Per my other question on monitoring network throughput, I now have a series of graphs, some of which are distinctly non-obvious as to what they are.

Is there documentation on what every interface on a Time Capsule (in this case, current generation, 1TB Wireless N Base Station), pollable via SNMP are?

Here is the list that is available:


gec0 and vlan1 are the most important for monitoring overall traffic flow.

gec0 corresponds to the local traffic (behind the firewall) and vlan1 represents external traffic upstream to the internet. I haven't seen anything that makes sense what gec0 but on larger cisco switches they were internal routing queues where packets went to get headers constructed and routed across Vlans in the switching fabric. Perhaps it's the same on airport hardware.

athX are wireless vlans wlanX are wired vlans

Apple used to publish MIBs for SNMP back when the first Airport Extremes were around but I don't know of anything better than using a generic MIB for the more recent hardware.

There used to be more information on these ports up at http://www.uname.nl/closer-look-airport-extreme/ but I can't find it anywhere (since archive.org respected it's robots.txt directive) - the best is a dated summary from http://gigo.com/archives/blog/monitoring-apples-80211n-airpo.html

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The wlan[0..3] ones are the wired Ethernet ports. ath0 and ath1 are the wireless (2x antennas, this is an N model, isn't it?)

vlan1 is a virtual LAN. Lots of documentation around about those, just google it.

Not sure about gec0 and rxq0. One of those is the WAN port. The other.. dunno.

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  • I don't understand the applicability of a vlan interface in this case... but I'll take a gander. Yes, it is a dual-antenna wireless-N model. – Jason Salaz Feb 6 '11 at 4:38
  • Yeah, it doesn't make sense, particularly, unless Apple intends on building in the ability to change that. It also could be that whatever OS is running on these devices requires interfaces to be part of a vlan to do routing properly. shrug – Harv Feb 6 '11 at 5:03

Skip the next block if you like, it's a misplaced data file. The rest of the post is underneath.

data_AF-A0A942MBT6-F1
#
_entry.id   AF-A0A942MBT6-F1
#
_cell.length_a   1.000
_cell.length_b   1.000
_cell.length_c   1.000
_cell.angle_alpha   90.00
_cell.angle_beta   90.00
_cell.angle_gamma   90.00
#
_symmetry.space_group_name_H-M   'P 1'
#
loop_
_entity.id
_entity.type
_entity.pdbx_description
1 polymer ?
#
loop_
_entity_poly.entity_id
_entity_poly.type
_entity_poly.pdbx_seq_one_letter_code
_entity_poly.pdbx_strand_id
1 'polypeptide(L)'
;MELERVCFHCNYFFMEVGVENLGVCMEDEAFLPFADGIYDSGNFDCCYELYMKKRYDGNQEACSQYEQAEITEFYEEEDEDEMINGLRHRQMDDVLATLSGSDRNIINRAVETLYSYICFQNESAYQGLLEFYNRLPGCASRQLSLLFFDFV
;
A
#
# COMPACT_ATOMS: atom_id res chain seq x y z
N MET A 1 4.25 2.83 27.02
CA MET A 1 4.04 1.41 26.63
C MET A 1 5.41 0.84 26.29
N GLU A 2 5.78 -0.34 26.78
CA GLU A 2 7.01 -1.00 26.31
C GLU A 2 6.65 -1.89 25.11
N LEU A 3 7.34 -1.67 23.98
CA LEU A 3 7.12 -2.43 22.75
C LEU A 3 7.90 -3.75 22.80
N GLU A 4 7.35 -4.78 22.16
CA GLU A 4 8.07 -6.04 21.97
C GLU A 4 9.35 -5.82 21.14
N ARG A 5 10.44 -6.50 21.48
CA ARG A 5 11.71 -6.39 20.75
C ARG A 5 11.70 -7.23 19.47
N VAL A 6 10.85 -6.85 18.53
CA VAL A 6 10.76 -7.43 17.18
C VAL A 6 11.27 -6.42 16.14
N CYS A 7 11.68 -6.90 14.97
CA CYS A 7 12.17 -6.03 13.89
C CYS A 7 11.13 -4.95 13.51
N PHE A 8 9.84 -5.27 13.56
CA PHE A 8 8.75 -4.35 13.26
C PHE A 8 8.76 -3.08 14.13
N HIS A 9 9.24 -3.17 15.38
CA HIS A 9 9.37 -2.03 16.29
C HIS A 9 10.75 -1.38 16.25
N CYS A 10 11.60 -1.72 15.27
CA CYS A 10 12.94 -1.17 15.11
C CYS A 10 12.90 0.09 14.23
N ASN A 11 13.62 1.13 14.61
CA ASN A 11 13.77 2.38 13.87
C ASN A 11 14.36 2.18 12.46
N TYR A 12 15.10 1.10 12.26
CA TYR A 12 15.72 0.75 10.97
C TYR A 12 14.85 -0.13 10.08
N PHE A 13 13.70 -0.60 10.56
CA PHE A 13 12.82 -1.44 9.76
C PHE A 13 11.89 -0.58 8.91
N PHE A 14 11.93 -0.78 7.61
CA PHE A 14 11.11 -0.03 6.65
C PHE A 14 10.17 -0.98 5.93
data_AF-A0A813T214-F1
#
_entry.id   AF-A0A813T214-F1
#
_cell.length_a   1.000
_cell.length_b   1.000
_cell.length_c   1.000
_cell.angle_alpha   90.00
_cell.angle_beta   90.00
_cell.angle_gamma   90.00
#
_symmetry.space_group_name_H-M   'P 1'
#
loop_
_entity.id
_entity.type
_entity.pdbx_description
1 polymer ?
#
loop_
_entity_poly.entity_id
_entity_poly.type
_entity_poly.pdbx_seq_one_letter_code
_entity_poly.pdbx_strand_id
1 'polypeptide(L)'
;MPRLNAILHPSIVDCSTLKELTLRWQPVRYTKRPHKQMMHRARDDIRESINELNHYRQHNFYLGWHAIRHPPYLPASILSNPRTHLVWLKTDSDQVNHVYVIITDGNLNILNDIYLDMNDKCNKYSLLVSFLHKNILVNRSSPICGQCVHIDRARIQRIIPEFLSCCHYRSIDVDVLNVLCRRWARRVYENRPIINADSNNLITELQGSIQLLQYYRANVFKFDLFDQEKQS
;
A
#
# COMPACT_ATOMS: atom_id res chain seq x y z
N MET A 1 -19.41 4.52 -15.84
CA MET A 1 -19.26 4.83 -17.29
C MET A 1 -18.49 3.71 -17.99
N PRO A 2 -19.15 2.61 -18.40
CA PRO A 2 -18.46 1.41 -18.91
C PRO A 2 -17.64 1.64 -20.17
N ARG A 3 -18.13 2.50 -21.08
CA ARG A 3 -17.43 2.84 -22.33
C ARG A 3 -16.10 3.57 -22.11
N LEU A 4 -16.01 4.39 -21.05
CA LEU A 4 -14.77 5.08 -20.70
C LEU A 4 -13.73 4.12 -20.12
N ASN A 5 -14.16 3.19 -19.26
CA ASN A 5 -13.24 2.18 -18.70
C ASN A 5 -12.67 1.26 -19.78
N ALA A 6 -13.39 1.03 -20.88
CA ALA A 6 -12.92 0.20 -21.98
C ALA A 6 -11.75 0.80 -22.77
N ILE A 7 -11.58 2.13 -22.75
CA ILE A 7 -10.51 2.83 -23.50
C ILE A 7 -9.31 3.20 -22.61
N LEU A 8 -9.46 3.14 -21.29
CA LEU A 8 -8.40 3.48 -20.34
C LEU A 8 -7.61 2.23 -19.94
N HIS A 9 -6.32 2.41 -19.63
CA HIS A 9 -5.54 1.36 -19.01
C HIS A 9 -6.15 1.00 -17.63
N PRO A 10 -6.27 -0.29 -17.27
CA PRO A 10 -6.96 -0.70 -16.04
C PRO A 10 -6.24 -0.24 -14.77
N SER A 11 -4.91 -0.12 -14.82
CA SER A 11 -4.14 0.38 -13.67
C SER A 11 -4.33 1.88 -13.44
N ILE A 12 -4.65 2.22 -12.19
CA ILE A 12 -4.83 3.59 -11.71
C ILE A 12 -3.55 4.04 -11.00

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    "Just google it" is not an accepted answer on the stack exchange network. The whole point is to have concise documentation on the question to the point it's relevant. – Jason Salaz Feb 15 '11 at 1:54
  • You asked what the interfaces were, not how virtual LANs work. Virtual LANs are just that. You can create collision domains without using a physical device, simply by setting it up to "group" certain ports together, into the same virtual LAN segment. Typically, as in a physical network, vlans can't talk to each other, just like LAN segments can't talk to each other when divided by a router. Typically. – Harv Feb 16 '11 at 0:44
  • You're right, I falsely attributed "Just Google It" to the entirety of the message, instead of just the VLAN interface, I'm sorry. – Jason Salaz Feb 28 '11 at 3:46

I too was looking for a more definitive answer as to the port names and there real functions. I found this like that explained them in better detail:


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  • John, welcome to the Stack Exchange network. Please note that answers that are nothing more than a link are generally not accepted. Sites disappear, domains get squatted/or simply expire, page urls change. Citing your sources is important, but you should also populate your answer with any/all relevant details as well, to serve as an archive should the link stop working. – Jason Salaz Sep 13 '11 at 17:24
  • Additionally, please do not leave "signatures" in your answers. (e.g. "Cheers, John"). Answers are generally user-independent, as they can be edited by anyone. – Jason Salaz Sep 13 '11 at 17:46

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